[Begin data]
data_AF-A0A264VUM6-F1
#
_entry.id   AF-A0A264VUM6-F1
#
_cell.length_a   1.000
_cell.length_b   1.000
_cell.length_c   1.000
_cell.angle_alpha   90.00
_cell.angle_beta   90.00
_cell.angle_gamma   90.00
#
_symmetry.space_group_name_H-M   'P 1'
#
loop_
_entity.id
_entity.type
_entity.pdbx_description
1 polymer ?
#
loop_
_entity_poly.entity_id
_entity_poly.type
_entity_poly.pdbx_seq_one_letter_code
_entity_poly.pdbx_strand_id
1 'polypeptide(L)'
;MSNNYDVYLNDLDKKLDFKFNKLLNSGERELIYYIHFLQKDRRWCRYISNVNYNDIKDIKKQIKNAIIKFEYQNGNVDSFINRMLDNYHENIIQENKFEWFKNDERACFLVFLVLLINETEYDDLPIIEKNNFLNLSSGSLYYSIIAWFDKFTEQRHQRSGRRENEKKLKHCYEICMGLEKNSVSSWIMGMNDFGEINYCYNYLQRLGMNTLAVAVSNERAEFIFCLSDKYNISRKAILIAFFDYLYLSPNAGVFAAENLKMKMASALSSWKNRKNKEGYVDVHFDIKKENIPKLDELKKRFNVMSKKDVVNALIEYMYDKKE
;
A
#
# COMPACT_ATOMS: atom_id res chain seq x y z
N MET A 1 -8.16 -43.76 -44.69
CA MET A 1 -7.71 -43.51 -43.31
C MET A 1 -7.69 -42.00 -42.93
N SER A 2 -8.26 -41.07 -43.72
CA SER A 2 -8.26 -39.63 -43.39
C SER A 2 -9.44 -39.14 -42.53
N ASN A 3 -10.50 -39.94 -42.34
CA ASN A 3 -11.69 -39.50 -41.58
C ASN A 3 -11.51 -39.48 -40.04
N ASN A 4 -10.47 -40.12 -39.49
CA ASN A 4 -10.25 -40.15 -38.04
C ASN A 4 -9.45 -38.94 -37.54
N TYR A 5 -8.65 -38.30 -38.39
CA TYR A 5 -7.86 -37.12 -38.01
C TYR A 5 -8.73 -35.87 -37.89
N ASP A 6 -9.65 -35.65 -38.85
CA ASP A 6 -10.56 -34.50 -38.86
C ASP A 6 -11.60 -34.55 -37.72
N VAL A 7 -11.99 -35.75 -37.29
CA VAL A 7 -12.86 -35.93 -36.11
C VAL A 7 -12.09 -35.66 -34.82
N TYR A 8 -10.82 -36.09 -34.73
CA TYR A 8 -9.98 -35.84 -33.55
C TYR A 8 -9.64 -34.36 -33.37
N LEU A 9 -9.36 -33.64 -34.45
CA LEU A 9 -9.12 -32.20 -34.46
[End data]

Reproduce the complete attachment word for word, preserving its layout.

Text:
data_AF-A0A264VUM6-F1
#
_entry.id   AF-A0A264VUM6-F1
#
_cell.length_a   1.000
_cell.length_b   1.000
_cell.length_c   1.000
_cell.angle_alpha   90.00
_cell.angle_beta   90.00
_cell.angle_gamma   90.00
#
_symmetry.space_group_name_H-M   'P 1'
#
loop_
_entity.id
_entity.type
_entity.pdbx_description
1 polymer ?
#
loop_
_entity_poly.entity_id
_entity_poly.type
_entity_poly.pdbx_seq_one_letter_code
_entity_poly.pdbx_strand_id
1 'polypeptide(L)'
;MSNNYDVYLNDLDKKLDFKFNKLLNSGERELIYYIHFLQKDRRWCRYISNVNYNDIKDIKKQIKNAIIKFEYQNGNVDSFINRMLDNYHENIIQENKFEWFKNDERACFLVFLVLLINETEYDDLPIIEKNNFLNLSSGSLYYSIIAWFDKFTEQRHQRSGRRENEKKLKHCYEICMGLEKNSVSSWIMGMNDFGEINYCYNYLQRLGMNTLAVAVSNERAEFIFCLSDKYNISRKAILIAFFDYLYLSPNAGVFAAENLKMKMASALSSWKNRKNKEGYVDVHFDIKKENIPKLDELKKRFNVMSKKDVVNALIEYMYDKKE
;
A
#
# COMPACT_ATOMS: atom_id res chain seq x y z
N MET A 1 -8.16 -43.76 -44.69
CA MET A 1 -7.71 -43.51 -43.31
C MET A 1 -7.69 -42.00 -42.93
N SER A 2 -8.26 -41.07 -43.72
CA SER A 2 -8.26 -39.63 -43.39
C SER A 2 -9.44 -39.14 -42.53
N ASN A 3 -10.50 -39.94 -42.34
CA ASN A 3 -11.69 -39.50 -41.58
C ASN A 3 -11.51 -39.48 -40.04
N ASN A 4 -10.47 -40.12 -39.49
CA ASN A 4 -10.25 -40.15 -38.04
C ASN A 4 -9.45 -38.94 -37.54
N TYR A 5 -8.65 -38.30 -38.39
CA TYR A 5 -7.86 -37.12 -38.01
C TYR A 5 -8.73 -35.87 -37.89
N ASP A 6 -9.65 -35.65 -38.85
CA ASP A 6 -10.56 -34.50 -38.86
C ASP A 6 -11.60 -34.55 -37.72
N VAL A 7 -11.99 -35.75 -37.29
CA VAL A 7 -12.86 -35.93 -36.11
C VAL A 7 -12.09 -35.66 -34.82
N TYR A 8 -10.82 -36.09 -34.73
CA TYR A 8 -9.98 -35.84 -33.55
C TYR A 8 -9.64 -34.36 -33.37
N LEU A 9 -9.36 -33.64 -34.45
CA LEU A 9 -9.12 -32.20 -34.46